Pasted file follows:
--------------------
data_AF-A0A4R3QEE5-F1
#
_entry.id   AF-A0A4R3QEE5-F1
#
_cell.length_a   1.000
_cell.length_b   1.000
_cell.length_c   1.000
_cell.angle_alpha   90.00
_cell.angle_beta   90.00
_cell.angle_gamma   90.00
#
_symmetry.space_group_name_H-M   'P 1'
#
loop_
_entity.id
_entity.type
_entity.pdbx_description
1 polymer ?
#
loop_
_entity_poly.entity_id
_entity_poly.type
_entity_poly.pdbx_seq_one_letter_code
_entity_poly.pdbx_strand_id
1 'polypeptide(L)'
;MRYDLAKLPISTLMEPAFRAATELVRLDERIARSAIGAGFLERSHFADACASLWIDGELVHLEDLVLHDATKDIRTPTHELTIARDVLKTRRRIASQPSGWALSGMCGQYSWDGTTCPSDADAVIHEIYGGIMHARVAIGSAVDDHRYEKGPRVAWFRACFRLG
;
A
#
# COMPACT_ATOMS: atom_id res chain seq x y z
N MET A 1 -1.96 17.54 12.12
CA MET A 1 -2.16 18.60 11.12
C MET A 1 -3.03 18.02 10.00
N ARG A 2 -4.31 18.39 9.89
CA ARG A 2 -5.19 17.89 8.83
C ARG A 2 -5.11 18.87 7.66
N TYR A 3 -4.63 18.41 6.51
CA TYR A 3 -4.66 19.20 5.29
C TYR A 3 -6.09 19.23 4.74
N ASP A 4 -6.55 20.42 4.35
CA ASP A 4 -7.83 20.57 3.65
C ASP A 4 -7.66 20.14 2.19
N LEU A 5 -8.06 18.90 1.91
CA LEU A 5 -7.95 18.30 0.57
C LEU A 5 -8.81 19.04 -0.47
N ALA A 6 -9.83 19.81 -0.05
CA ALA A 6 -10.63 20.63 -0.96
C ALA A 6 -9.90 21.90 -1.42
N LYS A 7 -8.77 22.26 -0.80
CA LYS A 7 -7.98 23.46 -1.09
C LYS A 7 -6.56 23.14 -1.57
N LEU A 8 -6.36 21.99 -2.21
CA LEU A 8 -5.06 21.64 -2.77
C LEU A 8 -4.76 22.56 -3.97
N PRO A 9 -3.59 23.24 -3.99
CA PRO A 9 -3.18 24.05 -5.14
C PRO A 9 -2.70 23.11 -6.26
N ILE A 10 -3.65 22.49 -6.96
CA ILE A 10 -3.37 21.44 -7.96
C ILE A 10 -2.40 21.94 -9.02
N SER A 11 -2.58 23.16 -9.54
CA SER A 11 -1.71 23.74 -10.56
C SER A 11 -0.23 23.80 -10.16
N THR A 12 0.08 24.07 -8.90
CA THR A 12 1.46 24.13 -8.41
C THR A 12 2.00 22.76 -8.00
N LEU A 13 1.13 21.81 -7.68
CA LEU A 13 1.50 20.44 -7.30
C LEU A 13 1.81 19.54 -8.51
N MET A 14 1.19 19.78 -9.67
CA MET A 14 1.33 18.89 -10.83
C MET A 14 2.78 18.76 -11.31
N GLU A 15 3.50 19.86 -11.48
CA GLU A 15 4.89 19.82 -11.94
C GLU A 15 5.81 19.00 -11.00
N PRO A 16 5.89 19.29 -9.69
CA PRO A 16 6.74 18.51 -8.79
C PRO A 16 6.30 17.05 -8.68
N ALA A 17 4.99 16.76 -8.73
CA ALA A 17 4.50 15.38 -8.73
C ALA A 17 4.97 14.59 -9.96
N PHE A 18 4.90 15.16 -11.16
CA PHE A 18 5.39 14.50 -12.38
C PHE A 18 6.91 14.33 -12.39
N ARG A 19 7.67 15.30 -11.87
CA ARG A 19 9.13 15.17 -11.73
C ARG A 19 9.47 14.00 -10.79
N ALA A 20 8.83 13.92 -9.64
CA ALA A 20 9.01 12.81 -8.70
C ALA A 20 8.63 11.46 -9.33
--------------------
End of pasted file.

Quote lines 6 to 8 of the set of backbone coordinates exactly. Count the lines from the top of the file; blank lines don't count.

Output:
_cell.length_b   1.000
_cell.length_c   1.000
_cell.angle_alpha   90.00